Archive for Uncategorized

Annals of inventive pinyin: rua

This exercise video shows a woman repeating the syllable "rua" to describe a move that she makes:

Read the rest of this entry »

Comments (7)

"Failure to Launch"?

Along with half a million other people, I logged onto Twitter at the designated hour to hear Elon Musk help Ron DeSantis announce his run for U.S. President. After about half an hour of  noises, silences, and puzzling graphics, I gave up — too early to catch the restart on a different account.

This event was generally covered as an embarrassing failure, with Twitter tags like #DeSaster and #FailureToLaunch. A few hours later, I checked again, and was able to find the Twitter Spaces recording of the rebooted event — which I found less entertaining than the initial parade of glitches, alas. But I also found this:

Read the rest of this entry »

Comments (5)

Iowa town names

I'm in Ames, home of Iowa State University.  The next town down the road is Nevada.  What?  Yes, but it's /nəˈvdə/ nə-VAY-də, not /nɪˈvædə/ nih-VAD; Spanish: [neˈβaða], and the locals I've met know the difference.  The same thing holds for Madrid, which is on the other side of Ames; it is /ˈmædrɪd/, not /məˈdrɪd/ mə-DRID, Spanish: [maˈðɾið].

From what they told me, Iowans do the same thing with many other exonyms.

Read the rest of this entry »

Comments (42)

Japanese book formats

Two days ago, a Penn freshman from China gifted me with a small format edition of the Guǐgǔzi 鬼谷子 (Master of Ghost Valley), a text that has long intrigued me.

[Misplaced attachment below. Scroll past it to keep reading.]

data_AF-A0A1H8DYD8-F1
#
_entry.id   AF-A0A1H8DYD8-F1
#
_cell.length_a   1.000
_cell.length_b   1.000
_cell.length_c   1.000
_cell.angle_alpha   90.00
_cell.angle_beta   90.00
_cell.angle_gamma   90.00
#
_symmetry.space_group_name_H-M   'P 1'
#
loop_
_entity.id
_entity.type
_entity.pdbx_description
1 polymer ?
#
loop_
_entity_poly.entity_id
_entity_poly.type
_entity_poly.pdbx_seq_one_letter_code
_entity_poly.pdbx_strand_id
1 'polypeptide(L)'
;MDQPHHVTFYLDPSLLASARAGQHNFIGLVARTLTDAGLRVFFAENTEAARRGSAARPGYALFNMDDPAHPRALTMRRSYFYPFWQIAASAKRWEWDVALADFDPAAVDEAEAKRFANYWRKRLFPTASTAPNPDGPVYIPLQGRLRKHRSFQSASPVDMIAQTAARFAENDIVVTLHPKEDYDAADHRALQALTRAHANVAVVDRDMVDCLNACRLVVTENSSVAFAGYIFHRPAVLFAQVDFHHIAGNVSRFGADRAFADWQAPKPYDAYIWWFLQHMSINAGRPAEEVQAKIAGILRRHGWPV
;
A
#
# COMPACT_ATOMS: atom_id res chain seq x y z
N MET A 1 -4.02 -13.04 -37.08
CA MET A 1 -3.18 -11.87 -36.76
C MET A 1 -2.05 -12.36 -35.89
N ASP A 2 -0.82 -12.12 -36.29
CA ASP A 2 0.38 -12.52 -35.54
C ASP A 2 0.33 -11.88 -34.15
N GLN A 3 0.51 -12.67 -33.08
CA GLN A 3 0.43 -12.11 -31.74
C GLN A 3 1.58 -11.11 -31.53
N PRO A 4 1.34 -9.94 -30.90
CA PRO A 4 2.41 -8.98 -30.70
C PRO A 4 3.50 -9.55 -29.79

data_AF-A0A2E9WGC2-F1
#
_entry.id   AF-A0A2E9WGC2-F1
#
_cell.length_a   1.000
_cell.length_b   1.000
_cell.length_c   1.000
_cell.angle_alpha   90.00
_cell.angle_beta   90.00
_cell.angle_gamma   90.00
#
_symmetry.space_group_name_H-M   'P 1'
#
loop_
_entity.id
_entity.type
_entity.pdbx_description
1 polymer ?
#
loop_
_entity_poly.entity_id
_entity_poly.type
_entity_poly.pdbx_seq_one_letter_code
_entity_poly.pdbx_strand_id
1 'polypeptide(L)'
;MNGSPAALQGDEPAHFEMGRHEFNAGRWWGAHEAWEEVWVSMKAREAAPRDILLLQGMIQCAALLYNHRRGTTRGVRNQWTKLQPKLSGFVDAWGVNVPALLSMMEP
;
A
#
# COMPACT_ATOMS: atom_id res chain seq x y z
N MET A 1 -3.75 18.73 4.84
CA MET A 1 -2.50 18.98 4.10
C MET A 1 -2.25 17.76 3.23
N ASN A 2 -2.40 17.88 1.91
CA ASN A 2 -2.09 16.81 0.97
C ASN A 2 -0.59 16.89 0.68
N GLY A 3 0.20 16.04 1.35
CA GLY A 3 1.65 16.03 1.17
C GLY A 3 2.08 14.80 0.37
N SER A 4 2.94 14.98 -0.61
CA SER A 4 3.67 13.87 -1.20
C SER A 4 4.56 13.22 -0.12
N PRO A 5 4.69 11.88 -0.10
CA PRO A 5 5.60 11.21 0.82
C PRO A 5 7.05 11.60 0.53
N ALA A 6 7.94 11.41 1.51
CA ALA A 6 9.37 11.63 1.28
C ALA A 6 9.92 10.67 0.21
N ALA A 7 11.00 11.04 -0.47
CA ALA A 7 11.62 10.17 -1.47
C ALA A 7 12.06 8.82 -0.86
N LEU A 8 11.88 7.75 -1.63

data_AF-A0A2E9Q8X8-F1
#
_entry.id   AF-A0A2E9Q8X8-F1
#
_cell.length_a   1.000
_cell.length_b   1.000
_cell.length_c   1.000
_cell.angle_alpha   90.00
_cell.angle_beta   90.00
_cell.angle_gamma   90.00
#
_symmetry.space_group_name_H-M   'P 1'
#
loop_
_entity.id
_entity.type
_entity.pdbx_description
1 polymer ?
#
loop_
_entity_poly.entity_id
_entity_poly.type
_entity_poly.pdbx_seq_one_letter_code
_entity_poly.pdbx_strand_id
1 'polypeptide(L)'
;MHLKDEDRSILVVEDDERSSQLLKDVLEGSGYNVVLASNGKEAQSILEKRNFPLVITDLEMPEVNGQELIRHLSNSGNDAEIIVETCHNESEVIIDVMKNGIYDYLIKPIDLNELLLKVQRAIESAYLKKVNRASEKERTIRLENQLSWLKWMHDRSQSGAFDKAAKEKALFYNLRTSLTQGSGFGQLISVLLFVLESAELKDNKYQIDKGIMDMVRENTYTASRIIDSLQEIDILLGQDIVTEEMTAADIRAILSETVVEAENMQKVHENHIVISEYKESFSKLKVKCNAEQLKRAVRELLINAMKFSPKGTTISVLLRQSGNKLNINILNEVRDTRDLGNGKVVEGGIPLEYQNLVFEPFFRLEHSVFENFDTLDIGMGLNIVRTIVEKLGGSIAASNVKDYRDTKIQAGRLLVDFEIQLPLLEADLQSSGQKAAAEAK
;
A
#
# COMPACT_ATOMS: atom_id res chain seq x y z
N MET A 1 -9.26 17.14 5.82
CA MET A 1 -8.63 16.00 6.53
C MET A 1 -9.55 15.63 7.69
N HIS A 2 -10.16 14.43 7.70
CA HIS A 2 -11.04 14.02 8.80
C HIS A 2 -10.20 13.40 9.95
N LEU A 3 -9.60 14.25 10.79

Guiguzi (鬼谷子) is a collection of ancient Chinese texts compiled between the late Warring States period and the end of the Han Dynasty. The work, between 6,000–7,000 Chinese characters, discusses techniques of rhetoric. Although originally associated with the School of Diplomacy, the Guiguzi was later integrated into the Daoist canon.


Not only was I pleased by the content of the book, I was also charmed by its appearance.  Over the long decades of my career as a Sinologist, I have purchased thousands of Chinese books, but I had never seen one quite like this.  It has fine printing on good quality paper with a classy cover.  Its dimensions are small, 6 7/8ths inches (174.625 mm) by 4 1/4 inches (107.95 mm).  Published in 2015 (reissued 2019) (ISBN 978-7-101-10697-8) by the famous Chinese publishing house Zhōnghuá Shūjú 中华书局 (Chung Hwa Book Co.), it is part of a relatively new series called Zhōnghuá jīngdiǎn zhǐzhǎng wénkù 中华经典指掌文库 (Chung Hwa Classics Series for the Palm).  All the several dozen volumes in this series are premodern classics.

Read the rest of this entry »

Comments (5)

Syllable rhythm in English and Mandarin